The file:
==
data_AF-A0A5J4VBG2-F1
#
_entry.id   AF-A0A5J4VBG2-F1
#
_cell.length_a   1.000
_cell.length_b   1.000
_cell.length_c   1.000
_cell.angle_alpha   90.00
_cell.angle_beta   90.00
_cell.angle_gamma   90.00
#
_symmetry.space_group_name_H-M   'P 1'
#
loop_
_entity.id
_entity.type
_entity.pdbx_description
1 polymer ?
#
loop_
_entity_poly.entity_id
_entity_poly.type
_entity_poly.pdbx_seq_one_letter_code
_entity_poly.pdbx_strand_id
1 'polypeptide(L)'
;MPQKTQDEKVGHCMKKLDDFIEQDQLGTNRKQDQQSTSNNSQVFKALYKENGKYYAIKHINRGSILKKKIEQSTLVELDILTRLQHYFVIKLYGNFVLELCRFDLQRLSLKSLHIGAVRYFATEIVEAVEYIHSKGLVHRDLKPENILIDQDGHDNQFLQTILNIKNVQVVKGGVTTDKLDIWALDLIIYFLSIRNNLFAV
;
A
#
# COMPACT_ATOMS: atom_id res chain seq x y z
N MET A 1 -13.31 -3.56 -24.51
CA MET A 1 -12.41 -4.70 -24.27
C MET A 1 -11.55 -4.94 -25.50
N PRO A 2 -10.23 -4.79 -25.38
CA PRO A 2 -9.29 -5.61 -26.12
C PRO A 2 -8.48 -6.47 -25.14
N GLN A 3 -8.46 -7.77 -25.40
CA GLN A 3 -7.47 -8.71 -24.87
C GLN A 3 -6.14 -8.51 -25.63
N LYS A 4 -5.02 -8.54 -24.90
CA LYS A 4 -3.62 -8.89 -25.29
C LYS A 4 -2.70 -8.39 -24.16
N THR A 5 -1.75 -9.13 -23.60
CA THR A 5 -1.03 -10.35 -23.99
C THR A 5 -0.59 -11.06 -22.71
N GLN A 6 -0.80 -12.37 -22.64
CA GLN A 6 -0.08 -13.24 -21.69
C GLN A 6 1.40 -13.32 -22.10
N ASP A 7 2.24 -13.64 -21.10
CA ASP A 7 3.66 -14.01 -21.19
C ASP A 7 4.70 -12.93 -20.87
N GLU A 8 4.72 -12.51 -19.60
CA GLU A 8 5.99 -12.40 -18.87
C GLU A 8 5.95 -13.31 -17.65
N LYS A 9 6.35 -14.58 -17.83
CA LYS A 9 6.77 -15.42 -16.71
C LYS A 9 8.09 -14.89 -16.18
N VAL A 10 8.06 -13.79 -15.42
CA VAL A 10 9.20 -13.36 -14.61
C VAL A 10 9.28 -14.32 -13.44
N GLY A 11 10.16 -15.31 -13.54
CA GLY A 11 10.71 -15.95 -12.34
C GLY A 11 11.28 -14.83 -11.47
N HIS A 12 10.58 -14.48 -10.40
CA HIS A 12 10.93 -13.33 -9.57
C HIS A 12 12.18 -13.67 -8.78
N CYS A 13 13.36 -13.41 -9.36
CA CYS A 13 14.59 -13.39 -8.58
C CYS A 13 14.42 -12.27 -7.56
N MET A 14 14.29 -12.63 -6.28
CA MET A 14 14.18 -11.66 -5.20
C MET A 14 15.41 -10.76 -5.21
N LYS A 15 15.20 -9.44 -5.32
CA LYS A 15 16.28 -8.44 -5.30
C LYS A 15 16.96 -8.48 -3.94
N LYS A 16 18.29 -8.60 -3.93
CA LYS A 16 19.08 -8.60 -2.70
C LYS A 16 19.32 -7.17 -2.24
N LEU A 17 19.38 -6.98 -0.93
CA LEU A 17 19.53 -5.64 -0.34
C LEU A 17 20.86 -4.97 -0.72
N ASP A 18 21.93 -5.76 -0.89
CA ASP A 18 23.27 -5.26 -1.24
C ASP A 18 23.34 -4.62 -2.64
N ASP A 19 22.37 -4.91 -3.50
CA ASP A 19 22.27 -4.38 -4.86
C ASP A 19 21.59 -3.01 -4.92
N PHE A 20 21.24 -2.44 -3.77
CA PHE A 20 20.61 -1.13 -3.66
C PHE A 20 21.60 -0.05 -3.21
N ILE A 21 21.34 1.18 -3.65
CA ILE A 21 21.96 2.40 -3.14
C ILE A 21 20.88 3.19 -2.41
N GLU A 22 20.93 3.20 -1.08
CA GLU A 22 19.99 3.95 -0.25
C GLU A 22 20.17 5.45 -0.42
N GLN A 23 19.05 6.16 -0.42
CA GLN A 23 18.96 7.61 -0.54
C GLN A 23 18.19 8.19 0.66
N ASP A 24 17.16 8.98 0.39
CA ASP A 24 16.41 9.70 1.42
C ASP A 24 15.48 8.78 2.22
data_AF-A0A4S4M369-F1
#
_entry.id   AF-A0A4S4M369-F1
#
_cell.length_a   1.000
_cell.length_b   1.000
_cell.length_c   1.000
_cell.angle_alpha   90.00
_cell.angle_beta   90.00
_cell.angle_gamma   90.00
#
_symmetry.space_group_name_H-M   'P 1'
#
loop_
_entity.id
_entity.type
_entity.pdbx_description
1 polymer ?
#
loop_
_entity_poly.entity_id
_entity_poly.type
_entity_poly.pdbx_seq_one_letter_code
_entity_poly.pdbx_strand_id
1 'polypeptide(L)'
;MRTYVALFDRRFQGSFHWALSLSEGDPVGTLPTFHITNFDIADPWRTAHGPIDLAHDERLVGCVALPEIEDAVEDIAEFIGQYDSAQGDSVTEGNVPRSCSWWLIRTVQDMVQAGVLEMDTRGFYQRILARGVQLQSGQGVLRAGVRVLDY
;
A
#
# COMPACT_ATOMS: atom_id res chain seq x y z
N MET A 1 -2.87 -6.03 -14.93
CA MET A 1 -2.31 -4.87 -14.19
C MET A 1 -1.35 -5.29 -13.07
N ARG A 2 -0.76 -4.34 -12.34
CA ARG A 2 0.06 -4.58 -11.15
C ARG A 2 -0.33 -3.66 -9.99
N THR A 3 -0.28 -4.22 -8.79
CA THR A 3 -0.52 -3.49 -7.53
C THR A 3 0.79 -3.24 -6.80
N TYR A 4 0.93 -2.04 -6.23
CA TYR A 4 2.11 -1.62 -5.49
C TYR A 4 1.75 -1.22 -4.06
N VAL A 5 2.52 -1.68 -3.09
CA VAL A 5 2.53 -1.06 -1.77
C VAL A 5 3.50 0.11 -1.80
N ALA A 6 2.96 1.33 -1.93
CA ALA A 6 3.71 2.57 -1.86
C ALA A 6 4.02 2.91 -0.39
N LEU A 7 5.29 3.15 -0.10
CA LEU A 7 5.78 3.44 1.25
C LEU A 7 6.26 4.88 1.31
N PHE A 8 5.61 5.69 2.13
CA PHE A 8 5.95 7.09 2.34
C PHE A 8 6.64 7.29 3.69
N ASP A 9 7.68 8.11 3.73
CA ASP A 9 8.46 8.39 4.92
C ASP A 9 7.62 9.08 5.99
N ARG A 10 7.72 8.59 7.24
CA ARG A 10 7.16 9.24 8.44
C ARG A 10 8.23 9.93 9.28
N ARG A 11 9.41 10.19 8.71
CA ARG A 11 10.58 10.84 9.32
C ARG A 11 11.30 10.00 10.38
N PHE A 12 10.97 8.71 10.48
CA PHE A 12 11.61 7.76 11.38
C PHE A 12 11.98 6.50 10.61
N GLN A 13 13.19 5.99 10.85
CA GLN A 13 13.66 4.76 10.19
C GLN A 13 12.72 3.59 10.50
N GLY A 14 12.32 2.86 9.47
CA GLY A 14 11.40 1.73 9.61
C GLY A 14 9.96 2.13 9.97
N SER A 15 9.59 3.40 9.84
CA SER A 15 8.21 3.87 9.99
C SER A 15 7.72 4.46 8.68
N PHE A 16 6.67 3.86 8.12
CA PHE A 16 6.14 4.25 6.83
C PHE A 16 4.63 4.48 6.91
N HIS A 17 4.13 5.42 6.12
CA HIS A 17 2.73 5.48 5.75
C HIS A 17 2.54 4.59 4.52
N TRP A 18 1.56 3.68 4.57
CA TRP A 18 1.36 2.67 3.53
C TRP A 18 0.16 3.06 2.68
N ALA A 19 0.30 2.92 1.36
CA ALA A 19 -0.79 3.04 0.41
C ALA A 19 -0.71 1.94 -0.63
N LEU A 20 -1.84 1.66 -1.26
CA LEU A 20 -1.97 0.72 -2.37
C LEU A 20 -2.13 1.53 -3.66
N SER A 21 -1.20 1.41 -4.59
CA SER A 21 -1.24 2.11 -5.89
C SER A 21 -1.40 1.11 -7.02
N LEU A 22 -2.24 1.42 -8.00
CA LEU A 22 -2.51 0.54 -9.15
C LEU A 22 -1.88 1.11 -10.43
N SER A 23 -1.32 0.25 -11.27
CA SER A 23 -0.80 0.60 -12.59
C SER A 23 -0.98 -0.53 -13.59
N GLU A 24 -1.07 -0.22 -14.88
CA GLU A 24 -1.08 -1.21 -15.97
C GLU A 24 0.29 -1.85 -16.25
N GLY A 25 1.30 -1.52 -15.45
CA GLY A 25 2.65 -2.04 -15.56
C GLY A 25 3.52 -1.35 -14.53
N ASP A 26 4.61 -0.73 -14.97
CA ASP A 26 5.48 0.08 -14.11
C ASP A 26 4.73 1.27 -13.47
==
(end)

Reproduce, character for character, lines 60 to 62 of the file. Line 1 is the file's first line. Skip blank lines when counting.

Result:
C VAL A 10 9.28 -14.32 -13.44
N GLY A 11 10.16 -15.31 -13.54
CA GLY A 11 10.71 -15.95 -12.34